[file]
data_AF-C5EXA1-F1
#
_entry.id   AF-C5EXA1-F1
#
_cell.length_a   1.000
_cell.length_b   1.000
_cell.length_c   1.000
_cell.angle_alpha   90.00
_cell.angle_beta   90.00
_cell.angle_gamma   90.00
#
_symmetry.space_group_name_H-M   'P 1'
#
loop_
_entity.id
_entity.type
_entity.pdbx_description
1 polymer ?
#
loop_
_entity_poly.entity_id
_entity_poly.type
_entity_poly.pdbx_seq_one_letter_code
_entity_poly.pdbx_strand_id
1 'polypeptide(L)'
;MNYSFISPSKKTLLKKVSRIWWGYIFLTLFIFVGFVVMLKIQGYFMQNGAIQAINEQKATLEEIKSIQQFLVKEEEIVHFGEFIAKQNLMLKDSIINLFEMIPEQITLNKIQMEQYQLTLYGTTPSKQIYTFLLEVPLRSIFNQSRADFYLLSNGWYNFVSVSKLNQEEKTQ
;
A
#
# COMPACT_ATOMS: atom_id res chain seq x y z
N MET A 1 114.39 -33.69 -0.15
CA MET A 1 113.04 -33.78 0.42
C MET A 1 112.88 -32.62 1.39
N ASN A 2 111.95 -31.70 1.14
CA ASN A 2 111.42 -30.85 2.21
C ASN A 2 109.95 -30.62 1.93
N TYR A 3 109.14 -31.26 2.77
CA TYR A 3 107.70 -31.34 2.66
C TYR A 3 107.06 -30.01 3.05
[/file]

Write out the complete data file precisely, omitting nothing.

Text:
data_AF-C5EXA1-F1
#
_entry.id   AF-C5EXA1-F1
#
_cell.length_a   1.000
_cell.length_b   1.000
_cell.length_c   1.000
_cell.angle_alpha   90.00
_cell.angle_beta   90.00
_cell.angle_gamma   90.00
#
_symmetry.space_group_name_H-M   'P 1'
#
loop_
_entity.id
_entity.type
_entity.pdbx_description
1 polymer ?
#
loop_
_entity_poly.entity_id
_entity_poly.type
_entity_poly.pdbx_seq_one_letter_code
_entity_poly.pdbx_strand_id
1 'polypeptide(L)'
;MNYSFISPSKKTLLKKVSRIWWGYIFLTLFIFVGFVVMLKIQGYFMQNGAIQAINEQKATLEEIKSIQQFLVKEEEIVHFGEFIAKQNLMLKDSIINLFEMIPEQITLNKIQMEQYQLTLYGTTPSKQIYTFLLEVPLRSIFNQSRADFYLLSNGWYNFVSVSKLNQEEKTQ
;
A
#
# COMPACT_ATOMS: atom_id res chain seq x y z
N MET A 1 114.39 -33.69 -0.15
CA MET A 1 113.04 -33.78 0.42
C MET A 1 112.88 -32.62 1.39
N ASN A 2 111.95 -31.70 1.14
CA ASN A 2 111.42 -30.85 2.21
C ASN A 2 109.95 -30.62 1.93
N TYR A 3 109.14 -31.26 2.77
CA TYR A 3 107.70 -31.34 2.66
C TYR A 3 107.06 -30.01 3.05